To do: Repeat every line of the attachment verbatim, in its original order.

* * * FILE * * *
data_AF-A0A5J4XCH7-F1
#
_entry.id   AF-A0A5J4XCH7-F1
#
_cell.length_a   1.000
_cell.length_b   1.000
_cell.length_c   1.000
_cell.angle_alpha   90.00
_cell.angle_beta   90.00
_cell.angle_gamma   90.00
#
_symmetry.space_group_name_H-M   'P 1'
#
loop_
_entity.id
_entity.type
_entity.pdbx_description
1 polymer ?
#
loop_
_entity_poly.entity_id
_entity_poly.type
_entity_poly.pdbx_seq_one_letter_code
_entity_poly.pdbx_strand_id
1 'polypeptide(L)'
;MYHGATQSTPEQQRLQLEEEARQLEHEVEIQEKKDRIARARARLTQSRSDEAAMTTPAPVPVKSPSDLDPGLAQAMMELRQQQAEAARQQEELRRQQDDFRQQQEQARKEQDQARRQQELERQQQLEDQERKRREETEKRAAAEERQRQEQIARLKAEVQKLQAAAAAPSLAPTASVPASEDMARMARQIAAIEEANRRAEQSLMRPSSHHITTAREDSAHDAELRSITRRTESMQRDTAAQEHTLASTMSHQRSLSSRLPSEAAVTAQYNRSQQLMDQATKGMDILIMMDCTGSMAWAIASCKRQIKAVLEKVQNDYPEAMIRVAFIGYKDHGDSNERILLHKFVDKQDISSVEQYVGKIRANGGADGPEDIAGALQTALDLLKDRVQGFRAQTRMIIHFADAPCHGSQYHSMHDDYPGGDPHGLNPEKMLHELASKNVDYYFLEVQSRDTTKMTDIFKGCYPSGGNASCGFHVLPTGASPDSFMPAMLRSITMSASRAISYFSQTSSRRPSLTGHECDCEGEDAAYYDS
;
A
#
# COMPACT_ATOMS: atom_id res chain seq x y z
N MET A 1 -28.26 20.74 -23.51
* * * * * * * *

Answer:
data_AF-A0A5J4XCH7-F1
#
_entry.id   AF-A0A5J4XCH7-F1
#
_cell.length_a   1.000
_cell.length_b   1.000
_cell.length_c   1.000
_cell.angle_alpha   90.00
_cell.angle_beta   90.00
_cell.angle_gamma   90.00
#
_symmetry.space_group_name_H-M   'P 1'
#
loop_
_entity.id
_entity.type
_entity.pdbx_description
1 polymer ?
#
loop_
_entity_poly.entity_id
_entity_poly.type
_entity_poly.pdbx_seq_one_letter_code
_entity_poly.pdbx_strand_id
1 'polypeptide(L)'
;MYHGATQSTPEQQRLQLEEEARQLEHEVEIQEKKDRIARARARLTQSRSDEAAMTTPAPVPVKSPSDLDPGLAQAMMELRQQQAEAARQQEELRRQQDDFRQQQEQARKEQDQARRQQELERQQQLEDQERKRREETEKRAAAEERQRQEQIARLKAEVQKLQAAAAAPSLAPTASVPASEDMARMARQIAAIEEANRRAEQSLMRPSSHHITTAREDSAHDAELRSITRRTESMQRDTAAQEHTLASTMSHQRSLSSRLPSEAAVTAQYNRSQQLMDQATKGMDILIMMDCTGSMAWAIASCKRQIKAVLEKVQNDYPEAMIRVAFIGYKDHGDSNERILLHKFVDKQDISSVEQYVGKIRANGGADGPEDIAGALQTALDLLKDRVQGFRAQTRMIIHFADAPCHGSQYHSMHDDYPGGDPHGLNPEKMLHELASKNVDYYFLEVQSRDTTKMTDIFKGCYPSGGNASCGFHVLPTGASPDSFMPAMLRSITMSASRAISYFSQTSSRRPSLTGHECDCEGEDAAYYDS
;
A
#
# COMPACT_ATOMS: atom_id res chain seq x y z
N MET A 1 -28.26 20.74 -23.51